Tarsiers


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Tarsiers

 

(Tarsiidae), a family of mammals of the order Primata. The body of the male is 8.5-16 cm long, the tail is 13.5-27.5 cm long, and the animal weighs 80-150g. The head is large and very mobile; it can turn almost 360 degrees. The tarsier has large ears, a short flattened snout, and very large eyes. The forelimbs are short, the hind limbs elongated owing to a well-developed calcaneal section. The fur may be grayish brown or dark brown, and the armpits and the inner thighs are almost completely without fur. The tail is bare with a tuft of fur at the end. The thin, bony fingers and toes have suction pads at the tips. Tarsiers are a transitional form between lemurs and the lower monkeys. Like the lemurs, tarsiers have claws on the second digit of the hind limbs and weakly developed large hemispheres of the brain (they do not cover the cerebellum), and like the monkeys, they have a rounded skull and eye sockets separated from the temporal depression by a bony barrier.

There is one genus (Tarsius), comprising three species: T. syrichta, T. spectrum, and T. bancanus. Tarsiers are found in the Philippines and the Sunda and Malay archipelagoes, where they inhabit inaccessible jungles. They are nocturnal; during the day they sleep, clinging to branches or hiding in hollows. Tarsiers do not build nests. They are at home in trees and can jump 60 cm high and across a distance of 1.2-1.7 m. Tarsiers live most often in pairs, less frequently in groups of three or four. The female bears one offspring, weighing 20-25 g. Tarsiers sometimes live up to 12 years in captivity. Fossil remains of tarsiers have been found from the early Tertiary period in Paleocene and Eocene deposits of Western Europe and North America.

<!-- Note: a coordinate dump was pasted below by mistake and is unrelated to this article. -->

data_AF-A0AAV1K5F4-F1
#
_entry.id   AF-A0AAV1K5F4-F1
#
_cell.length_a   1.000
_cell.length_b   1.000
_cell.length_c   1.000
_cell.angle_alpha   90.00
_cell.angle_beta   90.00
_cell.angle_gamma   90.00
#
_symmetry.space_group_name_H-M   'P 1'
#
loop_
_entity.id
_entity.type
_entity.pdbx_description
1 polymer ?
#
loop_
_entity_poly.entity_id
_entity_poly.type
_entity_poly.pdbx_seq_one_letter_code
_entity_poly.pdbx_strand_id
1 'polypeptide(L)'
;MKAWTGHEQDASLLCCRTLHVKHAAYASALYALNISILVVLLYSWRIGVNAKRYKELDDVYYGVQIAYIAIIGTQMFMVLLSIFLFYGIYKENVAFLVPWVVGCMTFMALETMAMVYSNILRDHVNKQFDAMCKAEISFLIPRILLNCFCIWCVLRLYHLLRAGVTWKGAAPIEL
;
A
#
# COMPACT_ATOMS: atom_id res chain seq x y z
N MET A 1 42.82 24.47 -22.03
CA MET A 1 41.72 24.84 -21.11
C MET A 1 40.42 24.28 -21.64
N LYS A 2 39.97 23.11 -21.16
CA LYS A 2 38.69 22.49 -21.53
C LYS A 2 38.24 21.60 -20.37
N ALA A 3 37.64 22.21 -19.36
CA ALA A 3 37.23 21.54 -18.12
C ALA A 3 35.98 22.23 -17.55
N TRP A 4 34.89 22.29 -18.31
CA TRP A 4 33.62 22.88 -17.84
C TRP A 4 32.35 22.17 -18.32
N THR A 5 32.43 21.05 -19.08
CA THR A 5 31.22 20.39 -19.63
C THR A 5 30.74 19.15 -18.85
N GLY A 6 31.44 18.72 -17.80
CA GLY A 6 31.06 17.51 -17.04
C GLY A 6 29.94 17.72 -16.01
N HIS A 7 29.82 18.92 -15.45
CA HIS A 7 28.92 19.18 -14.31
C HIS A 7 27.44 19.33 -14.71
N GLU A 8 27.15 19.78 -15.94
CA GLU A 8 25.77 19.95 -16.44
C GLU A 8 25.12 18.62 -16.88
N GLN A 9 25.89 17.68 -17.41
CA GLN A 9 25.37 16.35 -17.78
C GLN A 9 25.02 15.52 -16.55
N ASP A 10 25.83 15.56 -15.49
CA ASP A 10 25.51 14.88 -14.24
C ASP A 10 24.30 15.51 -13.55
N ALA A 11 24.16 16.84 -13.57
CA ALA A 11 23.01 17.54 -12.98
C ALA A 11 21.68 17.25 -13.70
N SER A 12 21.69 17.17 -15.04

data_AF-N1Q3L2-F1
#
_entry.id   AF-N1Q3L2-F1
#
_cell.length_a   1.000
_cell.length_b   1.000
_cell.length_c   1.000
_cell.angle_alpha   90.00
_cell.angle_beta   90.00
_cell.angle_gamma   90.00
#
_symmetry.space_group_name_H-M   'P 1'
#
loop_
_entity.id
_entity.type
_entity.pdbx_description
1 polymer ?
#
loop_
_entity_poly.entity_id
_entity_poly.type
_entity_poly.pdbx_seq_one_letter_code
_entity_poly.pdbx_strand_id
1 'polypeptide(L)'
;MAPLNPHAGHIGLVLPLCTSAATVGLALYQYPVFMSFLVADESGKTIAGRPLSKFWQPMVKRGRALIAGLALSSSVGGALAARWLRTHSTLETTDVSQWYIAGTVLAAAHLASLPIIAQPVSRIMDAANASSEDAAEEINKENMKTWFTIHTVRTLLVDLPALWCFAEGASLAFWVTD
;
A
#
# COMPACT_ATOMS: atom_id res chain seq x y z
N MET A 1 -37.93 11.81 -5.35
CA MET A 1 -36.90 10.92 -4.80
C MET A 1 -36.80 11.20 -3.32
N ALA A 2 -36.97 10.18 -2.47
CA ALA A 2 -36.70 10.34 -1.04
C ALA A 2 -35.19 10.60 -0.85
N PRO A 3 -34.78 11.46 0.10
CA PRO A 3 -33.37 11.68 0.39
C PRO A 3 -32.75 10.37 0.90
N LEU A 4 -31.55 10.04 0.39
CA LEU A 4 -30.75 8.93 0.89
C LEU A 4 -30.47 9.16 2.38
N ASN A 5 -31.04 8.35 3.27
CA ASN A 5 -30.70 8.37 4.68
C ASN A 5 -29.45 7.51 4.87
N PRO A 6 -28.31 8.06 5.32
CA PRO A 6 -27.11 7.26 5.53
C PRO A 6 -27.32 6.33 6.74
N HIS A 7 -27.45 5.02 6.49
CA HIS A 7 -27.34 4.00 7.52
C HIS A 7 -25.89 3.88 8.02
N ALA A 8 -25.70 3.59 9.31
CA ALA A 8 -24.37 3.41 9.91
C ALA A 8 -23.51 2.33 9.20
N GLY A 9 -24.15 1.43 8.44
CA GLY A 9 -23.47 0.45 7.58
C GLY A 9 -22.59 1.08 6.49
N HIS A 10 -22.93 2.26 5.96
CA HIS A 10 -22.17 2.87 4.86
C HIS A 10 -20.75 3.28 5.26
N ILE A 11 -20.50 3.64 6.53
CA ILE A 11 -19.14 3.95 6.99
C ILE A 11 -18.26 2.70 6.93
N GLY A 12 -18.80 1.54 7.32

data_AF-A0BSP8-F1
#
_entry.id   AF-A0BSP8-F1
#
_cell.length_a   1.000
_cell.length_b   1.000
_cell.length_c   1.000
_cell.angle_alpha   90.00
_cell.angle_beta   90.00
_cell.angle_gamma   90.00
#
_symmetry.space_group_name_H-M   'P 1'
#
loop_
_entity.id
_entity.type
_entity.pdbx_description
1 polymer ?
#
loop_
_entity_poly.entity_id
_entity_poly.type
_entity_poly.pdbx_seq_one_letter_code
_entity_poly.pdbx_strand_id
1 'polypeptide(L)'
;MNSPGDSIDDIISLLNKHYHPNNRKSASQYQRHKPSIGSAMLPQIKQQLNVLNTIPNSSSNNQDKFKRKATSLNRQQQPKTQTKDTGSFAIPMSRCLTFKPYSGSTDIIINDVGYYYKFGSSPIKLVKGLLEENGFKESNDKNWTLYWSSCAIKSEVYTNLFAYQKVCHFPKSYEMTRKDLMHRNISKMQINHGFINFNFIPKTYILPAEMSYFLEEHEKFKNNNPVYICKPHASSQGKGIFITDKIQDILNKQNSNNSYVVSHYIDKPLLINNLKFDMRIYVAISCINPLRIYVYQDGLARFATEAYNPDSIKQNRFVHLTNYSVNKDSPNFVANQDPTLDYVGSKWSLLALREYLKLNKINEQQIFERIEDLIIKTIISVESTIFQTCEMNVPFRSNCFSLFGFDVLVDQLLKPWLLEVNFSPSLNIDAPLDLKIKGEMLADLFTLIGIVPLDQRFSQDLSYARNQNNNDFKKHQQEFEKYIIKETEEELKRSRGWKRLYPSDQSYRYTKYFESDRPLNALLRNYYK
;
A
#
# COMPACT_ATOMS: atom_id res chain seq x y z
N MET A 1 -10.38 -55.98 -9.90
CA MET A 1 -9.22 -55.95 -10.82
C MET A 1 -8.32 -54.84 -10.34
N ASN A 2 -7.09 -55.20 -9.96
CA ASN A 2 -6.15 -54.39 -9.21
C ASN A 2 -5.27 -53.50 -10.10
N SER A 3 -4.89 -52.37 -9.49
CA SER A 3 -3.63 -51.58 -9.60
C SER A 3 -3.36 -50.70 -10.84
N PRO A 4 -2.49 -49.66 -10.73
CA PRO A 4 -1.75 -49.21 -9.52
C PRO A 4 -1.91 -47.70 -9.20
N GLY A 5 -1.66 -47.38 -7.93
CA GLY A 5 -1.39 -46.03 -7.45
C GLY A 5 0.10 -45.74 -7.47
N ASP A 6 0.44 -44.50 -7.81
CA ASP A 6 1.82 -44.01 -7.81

REFERENCE

Weber, M. Primaty: Anatomiia, sistematika i paleontologiia lemurov, dolgopiatov i obez’ian. Moscow-Leningrad, 1936. (Translated from German.)

O. L. ROSSOLIMO

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